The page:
Flowery garden with tomatoes and basil

Earlier that week, I visited the Flowery third-grade class of Katie Carlson to do a Bouverie Preserve presentation. Katie’s class was one of the most receptive I’ve visited this year. The students listened carefully, answered thoughtfully and showed great enthusiasm for their upcoming field trip. As we completed our presentation, and the students were headed out to recess, many of them came over to hug and thank me. Wow – those hugs were a first.

Just then, their garden coordinator, my neighbor and friend, Chrissy Everidge walked in. We were both surprised to see each other at Flowery.

Chris shared the good news that this third-grade class had recently been featured in an online magazine, Food Paths, including lovely pictures of the kids at work in the garden. The day the Food Path folks visited, Chris was helping the children harvest basil and tomatoes.

Bob Gosset makes it happen

According to Food Paths, Flowery’s garden was a project originated by fifth-grade teacher Bob Gossett and school parent Kate Ortolano back in the ’90s. Off to an excellent start, the garden has since thrived, tended by Chris since 2010. We loved our visit there and look forward to seeing more students happily engaged in school.

Speaking of Gossett, he was ever so present last week when the Witchie Poo Players performed at Sebastiani Theatre. Never one to shy away from looking silly, Bob distinguished himself this year in a tummy teasing, revealing shirt and shorts. Bob never fails to make us all laugh, kids and old folks alike, which is good. As for the entire ensemble of Witchie Poo Players: Huzzah! Custom cannot stale their infinite variety, always fresh and friendly, an all-around happy show. Thanks to Diana and Roger Rhoten, along with Spencer Rank and the rest of the gang.

Bouquets to the Dead, remembering the Daze

Two reminders of upcoming celebrations: First, be sure to check out Tasha Drengsen’s Bouquets to the Dead this Nov. 1 and 2 at Sonoma’s Mountain Cemetery. If you’d like more information on that, call Tasha at 935-1772.

Then, on Saturday, Nov. 2, join other folks from Glen Ellen at our historical society’s celebration of music in Sonoma Valley, “Those Were The Daze, My Friend!” From Londonside to the Rustic Inn, the hills around our hollow rang with the joyful music of the ’60s and ’70s.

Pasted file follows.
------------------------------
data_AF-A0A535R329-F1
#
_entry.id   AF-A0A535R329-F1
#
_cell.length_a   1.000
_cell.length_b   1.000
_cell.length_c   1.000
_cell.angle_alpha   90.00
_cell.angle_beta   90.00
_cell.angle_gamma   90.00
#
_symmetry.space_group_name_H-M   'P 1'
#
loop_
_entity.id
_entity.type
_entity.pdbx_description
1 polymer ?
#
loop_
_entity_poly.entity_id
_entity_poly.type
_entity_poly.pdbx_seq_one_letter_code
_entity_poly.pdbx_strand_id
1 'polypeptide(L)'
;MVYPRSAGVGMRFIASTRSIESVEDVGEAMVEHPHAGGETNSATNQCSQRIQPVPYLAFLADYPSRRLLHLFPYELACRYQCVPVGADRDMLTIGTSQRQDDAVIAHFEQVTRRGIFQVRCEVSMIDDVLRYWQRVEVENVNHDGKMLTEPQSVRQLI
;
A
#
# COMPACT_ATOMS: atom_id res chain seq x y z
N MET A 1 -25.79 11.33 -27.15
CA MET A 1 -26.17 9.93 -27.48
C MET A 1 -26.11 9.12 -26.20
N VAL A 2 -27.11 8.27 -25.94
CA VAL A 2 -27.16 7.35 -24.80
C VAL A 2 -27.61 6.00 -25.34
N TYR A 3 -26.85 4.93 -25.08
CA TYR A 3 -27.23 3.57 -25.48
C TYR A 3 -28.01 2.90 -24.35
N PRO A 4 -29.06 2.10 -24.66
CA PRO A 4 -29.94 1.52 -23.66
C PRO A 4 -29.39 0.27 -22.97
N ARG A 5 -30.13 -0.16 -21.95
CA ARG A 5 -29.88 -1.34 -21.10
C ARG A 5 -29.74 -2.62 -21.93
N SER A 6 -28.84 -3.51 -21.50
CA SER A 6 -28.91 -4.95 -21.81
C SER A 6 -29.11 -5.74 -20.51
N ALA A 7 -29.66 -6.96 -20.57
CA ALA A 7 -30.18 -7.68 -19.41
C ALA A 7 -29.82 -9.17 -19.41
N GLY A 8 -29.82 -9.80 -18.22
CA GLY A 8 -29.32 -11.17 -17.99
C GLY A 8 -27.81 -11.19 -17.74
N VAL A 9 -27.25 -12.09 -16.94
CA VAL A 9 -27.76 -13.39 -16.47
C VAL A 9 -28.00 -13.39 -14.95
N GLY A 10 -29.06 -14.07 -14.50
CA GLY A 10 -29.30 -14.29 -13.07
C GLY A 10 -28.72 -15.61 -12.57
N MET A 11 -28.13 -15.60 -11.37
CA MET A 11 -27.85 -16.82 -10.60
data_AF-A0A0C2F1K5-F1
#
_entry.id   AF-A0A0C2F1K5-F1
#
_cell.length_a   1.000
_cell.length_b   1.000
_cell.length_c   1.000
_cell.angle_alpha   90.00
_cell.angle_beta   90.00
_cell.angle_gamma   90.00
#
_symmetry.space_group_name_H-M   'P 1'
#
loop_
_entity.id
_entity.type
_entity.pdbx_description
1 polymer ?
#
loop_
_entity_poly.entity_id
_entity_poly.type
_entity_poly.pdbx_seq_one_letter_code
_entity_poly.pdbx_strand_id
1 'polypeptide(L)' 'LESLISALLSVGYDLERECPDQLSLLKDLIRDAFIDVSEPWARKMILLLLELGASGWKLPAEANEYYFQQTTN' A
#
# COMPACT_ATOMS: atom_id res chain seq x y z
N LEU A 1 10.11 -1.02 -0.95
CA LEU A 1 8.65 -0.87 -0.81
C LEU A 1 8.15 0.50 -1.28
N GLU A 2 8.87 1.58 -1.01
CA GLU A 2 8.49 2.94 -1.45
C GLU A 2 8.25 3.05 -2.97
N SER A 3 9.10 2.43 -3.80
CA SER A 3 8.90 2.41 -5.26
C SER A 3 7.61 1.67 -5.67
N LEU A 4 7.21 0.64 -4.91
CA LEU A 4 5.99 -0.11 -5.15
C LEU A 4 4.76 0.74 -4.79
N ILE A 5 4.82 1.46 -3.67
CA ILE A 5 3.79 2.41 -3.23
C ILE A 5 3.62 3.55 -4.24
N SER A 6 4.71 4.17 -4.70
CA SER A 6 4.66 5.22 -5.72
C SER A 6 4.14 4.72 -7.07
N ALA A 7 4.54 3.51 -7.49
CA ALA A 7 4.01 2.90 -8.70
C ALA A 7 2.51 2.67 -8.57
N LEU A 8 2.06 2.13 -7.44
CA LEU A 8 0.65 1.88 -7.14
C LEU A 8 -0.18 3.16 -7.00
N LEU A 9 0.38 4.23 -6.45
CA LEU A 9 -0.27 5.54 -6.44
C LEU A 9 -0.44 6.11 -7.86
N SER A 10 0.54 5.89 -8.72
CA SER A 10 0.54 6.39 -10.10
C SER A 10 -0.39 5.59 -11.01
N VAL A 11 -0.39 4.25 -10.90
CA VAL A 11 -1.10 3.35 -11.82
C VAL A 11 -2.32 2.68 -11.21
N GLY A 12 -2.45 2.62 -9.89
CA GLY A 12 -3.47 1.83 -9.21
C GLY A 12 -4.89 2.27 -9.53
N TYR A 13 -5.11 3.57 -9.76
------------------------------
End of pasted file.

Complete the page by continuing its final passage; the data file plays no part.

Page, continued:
Jim Shere, executive director of the Glen Ellen Historical Society invites revelers to join in a spirited discussion, while emphasizing that those “Daze” involved pioneering hipsters who led the way to new sounds. Were folks in a daze those days? Can’t quite remember.

The event takes place down the road at the Old Grist Mill in Jack London Village, just south of our town. Arrive before 2 p.m. (when the speech-a-fying begins) to share in the no-host bar and buffet. See you there.

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Jim also corrected a bit of misinformation I’ve been dispensing for years, in his gentlemanly and humble fashion. He noted, “I’ve never been the president of the Glen Ellen Historic Society, I’ve always been the executive director (which includes being a publicist, I suppose) and still am. Arthur Dawson is the current president of our board of directors.  Other members of the board are Archie Horton (vice president), Angela Nardo-Morgan (secretary), Mary Kate Carter (treasurer), Charles Mikulik (cultural resource officer), and members-at-large Marge Everidge, Anne Teller, Jim Berkland, Gregg Montgomery and Pat Carlin.”

Remember Dunbar cakewalk? It’s back!

Last week, the Dunbar School held its annual Halloween Carnival. After many years up the road at the Atwood Ranch, the school extravaganza has returned to the buildings where it first began. This year’s carnival was coordinated by Dunbar volunteer Joanna Greenslade and included all of the wonderful events that even our boys (now in their 30s) well remember. That includes the cakewalk, the fifth-grade haunted house and all of the games like pumpkin bean bag toss, duck pond, fishing game, “pick my brains,” bowling, tic-tac-toe, spinner, ring toss and more. Prizes were the Halloween favorite: candy, of course.

GE Village Fair: final few delights

Here’s a final round up of a few delights at the recent Glen Ellen Village Fair. We love seeing folks who we don’t often encounter on a regular basis. Several dear neighbors were in that category earlier this month.